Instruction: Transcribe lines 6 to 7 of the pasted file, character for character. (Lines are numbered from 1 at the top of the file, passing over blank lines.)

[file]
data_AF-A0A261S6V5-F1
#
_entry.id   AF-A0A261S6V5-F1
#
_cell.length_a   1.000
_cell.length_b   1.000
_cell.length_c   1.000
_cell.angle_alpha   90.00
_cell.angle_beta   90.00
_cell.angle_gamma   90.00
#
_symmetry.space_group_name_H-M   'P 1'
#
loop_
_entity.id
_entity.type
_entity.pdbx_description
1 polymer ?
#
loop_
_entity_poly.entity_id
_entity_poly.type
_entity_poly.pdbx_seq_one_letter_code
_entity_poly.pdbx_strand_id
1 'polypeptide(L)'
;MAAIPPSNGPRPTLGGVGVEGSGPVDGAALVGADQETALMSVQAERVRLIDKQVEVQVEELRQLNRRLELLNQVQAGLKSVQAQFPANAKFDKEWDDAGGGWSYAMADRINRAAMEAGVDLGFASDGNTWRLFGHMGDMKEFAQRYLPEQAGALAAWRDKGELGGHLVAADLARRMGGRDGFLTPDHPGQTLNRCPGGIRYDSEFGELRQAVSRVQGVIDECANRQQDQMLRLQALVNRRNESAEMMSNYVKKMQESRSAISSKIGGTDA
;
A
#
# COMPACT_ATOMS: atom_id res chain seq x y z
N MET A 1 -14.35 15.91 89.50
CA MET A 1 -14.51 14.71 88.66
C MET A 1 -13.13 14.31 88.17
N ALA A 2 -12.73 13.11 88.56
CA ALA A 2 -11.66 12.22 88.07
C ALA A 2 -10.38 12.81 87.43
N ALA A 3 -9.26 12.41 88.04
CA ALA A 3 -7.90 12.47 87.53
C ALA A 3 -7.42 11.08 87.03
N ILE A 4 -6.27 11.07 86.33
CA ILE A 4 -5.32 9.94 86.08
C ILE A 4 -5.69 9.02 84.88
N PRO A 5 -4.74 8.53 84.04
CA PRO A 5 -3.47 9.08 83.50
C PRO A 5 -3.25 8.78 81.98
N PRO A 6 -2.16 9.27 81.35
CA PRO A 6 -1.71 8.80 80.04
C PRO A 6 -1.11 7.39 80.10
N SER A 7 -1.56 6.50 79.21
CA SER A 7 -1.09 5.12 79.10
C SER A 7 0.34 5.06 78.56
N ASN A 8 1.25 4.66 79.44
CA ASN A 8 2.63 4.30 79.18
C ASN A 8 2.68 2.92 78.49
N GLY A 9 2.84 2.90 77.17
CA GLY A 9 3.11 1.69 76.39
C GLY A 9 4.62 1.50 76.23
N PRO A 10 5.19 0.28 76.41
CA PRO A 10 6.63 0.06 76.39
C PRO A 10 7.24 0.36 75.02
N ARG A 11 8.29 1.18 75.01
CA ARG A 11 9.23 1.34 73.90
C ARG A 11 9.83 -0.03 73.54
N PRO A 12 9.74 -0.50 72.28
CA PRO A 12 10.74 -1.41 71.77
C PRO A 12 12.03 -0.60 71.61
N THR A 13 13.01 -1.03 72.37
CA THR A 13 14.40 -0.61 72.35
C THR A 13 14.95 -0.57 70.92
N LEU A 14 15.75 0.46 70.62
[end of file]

_cell.length_b   1.000
_cell.length_c   1.000